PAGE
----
Photos by Nic Abrego
Last Friday, subculture fashion from the worlds of anime, manga, Lolita and steampunk got its MNfashion Week moment. The eighth annual Full Fashion Panic!, part of anime and manga workshop, Schoolgirls and Mobilesuits at the Minneapolis College of Art and Design, showcased lines from the Twin Cities and beyond in a runway show produced by esteemed local neo-Victorian designer Samantha Rei, whose line Blasphemina's Closet was one of the first custom lines in the country to offer Lolita and neo-Victorian stylings.As with any fashions delving into subculture, the looks in the show sometimes veered too far on the side of costume for me. I realize that this is the point for many within the neo-Victorian/gothic/Lolita/anime subculture, but for me, fashion isn't fashion unless it brings something new to the table - adding a twist to a classic style rather than regurgitating ideas.Lauren Peyton's collection went full-on Lolita, so infantilizing as to deck one model in a baby bonnet. For as much she sometimes crossed over into cliche, it was conceivable that some of her looks - like one bedecked in bows - could be reimagined on the likes of Lady Gaga or Katy Perry if styled with more of an edge. It must be said, though, that he collection appeared well-made.
Carousel Cafe focused on puff sleeves and ruffles in her Lolita-goes-to-work collection. While I did think the teal and black romper and blouse showed a little bit of style, some of the looks seemed to be a tad frumpy, but it was nice to see a designer bring a new idea to the Lolita genre.Deborah Block's collection seemed to capitalize on the vampire-inspired, gothic trends on the fall runways, particularly with a very-now velvet cape and an edgy, structured dress with a kimono-like feel. But whether due to bad fabric choices, iffy construction, atrocious styling (i.e., fake blood running comically down the models faces), and some looks that went all-out Ren Fest costume, her attempts fell short.But for every costumey look, there were some fashion-forward moments. The mother-daughter team of KMK Designs - Sheridyn and Kaitlin McClain, a St. Kate's student - showed construction and fabric can make all the difference from taking subculture fashions out of the realm of costume and into fashion. Their plaid suspendered dress evoked Victorian styles without going all-out Lolita, and even their more costumey looks were more carnival chic than Halloween cheap. Some pieces were so 1940s Vogue that they might have well been crafted from vintage patterns. (Though they indeed were not.)The show culminated with Samantha Rei's preview of her Spring 2011 line for Blasphemina's Closet (which will be shown in full at next month's Teslacon steampunk convention). The four looks seemed to have a lost city of Atlantis feel, in both color story and ornate detailing. Despite the Rei trademarks in the mix - rich fabrics and contrasting textures, ruffles, bloomers, and perfectly executed construction - it was a clear departure for the longtime neo-Victorian designer, with silhouettes including everything from tent dress to a drop-waist babydoll dress. This wasn't just subculture style - this was forward-thinking fashion. Here's hoping that this crop of enterprising designers will take a cue from Rei and take their neo-Victorian, steampunk, Lolita and gothic stylings into the future.I also dug the custom jewelry created by local line Bionic Unicorn for the collection, and the fun hair accessories:Click here to view more photos from Full Fashion Panic! by Nic Abrego.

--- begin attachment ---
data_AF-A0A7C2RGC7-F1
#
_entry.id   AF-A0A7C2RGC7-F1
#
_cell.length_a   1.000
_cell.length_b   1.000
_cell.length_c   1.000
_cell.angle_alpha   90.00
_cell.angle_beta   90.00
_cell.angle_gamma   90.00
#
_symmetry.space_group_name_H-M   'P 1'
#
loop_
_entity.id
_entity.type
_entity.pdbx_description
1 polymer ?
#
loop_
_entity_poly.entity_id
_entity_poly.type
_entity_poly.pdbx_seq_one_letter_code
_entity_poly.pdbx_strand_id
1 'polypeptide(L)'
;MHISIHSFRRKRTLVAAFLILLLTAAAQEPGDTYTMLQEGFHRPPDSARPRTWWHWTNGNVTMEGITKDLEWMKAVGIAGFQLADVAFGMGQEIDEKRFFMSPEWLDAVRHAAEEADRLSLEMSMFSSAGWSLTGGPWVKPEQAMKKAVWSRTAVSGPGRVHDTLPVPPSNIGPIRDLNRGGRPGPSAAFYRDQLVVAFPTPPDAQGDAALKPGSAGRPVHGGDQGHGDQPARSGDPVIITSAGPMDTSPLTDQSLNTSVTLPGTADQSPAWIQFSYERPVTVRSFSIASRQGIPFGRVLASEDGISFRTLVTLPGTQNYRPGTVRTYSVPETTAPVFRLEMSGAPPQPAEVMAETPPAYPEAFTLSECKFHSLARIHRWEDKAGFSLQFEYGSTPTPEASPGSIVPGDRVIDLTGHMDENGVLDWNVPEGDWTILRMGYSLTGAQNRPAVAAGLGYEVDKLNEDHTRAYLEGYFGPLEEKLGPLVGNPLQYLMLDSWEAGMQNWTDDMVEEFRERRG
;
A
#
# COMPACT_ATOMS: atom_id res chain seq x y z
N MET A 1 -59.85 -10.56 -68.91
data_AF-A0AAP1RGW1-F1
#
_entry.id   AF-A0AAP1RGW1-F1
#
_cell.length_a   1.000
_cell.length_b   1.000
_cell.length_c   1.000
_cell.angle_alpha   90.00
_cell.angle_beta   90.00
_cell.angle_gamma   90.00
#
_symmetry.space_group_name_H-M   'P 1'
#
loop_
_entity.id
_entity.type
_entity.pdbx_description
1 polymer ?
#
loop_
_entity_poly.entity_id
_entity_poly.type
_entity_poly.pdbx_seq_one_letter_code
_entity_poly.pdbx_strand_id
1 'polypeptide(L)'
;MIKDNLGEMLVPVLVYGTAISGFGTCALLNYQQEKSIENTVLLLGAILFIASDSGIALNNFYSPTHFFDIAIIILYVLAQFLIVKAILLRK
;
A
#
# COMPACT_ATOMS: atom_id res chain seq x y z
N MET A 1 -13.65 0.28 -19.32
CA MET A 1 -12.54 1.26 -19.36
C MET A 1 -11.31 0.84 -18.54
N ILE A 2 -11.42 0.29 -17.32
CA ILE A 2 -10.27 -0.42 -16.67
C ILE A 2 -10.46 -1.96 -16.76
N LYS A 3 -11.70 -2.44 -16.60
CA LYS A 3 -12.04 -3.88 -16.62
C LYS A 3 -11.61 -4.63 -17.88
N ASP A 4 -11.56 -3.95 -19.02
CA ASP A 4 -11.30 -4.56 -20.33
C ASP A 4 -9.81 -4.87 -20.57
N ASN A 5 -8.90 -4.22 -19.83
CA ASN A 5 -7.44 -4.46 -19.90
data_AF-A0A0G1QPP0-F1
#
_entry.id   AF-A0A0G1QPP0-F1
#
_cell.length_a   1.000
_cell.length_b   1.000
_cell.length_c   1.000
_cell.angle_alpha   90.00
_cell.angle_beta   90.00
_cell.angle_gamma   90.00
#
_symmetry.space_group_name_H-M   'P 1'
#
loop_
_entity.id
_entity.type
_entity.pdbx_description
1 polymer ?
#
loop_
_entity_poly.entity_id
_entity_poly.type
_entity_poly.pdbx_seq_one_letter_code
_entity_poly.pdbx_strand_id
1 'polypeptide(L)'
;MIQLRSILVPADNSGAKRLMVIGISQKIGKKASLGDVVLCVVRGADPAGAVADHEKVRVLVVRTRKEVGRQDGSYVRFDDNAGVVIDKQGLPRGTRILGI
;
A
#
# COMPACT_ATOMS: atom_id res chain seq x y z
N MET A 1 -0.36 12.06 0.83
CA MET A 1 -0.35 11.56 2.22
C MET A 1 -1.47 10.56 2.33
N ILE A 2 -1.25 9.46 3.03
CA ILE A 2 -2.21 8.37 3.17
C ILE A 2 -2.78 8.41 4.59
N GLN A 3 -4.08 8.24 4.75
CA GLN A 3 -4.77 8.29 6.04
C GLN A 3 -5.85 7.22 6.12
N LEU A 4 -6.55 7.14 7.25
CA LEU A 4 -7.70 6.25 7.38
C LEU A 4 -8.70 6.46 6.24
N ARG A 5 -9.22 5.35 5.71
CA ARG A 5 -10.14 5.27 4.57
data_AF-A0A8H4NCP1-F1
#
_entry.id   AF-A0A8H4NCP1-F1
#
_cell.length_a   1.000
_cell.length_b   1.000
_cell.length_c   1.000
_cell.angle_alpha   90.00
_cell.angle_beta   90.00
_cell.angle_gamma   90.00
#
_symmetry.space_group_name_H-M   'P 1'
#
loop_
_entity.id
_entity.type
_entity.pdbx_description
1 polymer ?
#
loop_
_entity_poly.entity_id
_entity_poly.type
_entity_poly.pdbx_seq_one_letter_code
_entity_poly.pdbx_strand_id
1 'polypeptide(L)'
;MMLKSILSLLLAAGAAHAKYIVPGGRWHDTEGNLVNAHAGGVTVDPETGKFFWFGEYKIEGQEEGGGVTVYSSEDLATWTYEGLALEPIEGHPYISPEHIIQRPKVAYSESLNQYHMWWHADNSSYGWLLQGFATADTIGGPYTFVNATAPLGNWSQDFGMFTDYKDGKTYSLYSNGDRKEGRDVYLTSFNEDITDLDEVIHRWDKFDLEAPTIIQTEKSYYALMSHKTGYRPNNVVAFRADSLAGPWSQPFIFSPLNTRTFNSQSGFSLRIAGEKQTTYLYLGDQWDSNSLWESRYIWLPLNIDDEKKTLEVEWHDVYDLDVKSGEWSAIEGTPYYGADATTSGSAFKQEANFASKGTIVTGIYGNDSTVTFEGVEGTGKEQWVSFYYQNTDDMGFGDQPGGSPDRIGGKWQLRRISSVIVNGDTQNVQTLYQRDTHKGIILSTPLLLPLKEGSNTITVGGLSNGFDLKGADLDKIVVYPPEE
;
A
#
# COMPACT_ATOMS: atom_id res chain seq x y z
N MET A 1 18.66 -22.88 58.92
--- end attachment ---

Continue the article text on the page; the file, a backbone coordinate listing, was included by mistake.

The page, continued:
Theresa Winge's Hello Kitty-meets-naptime collection was unfortunate to say the least. The designer seemed to be making an attempt at avant-garde manga pop, but using Hello Kitty-printed fleece and flimsy, bedsheet-like fabric wasn't the way to go.
Irregular Pearl's line was all across the board - gothic Lolita, Victorian, and gothic looks rendered in cheap satins and dull tablecloth-y fabrics in clashing colors. Despite the bad fabric and disjointed color story, there were a few kicky, fresh little dresses in there. It was, suffice to say, a highly irregular collection.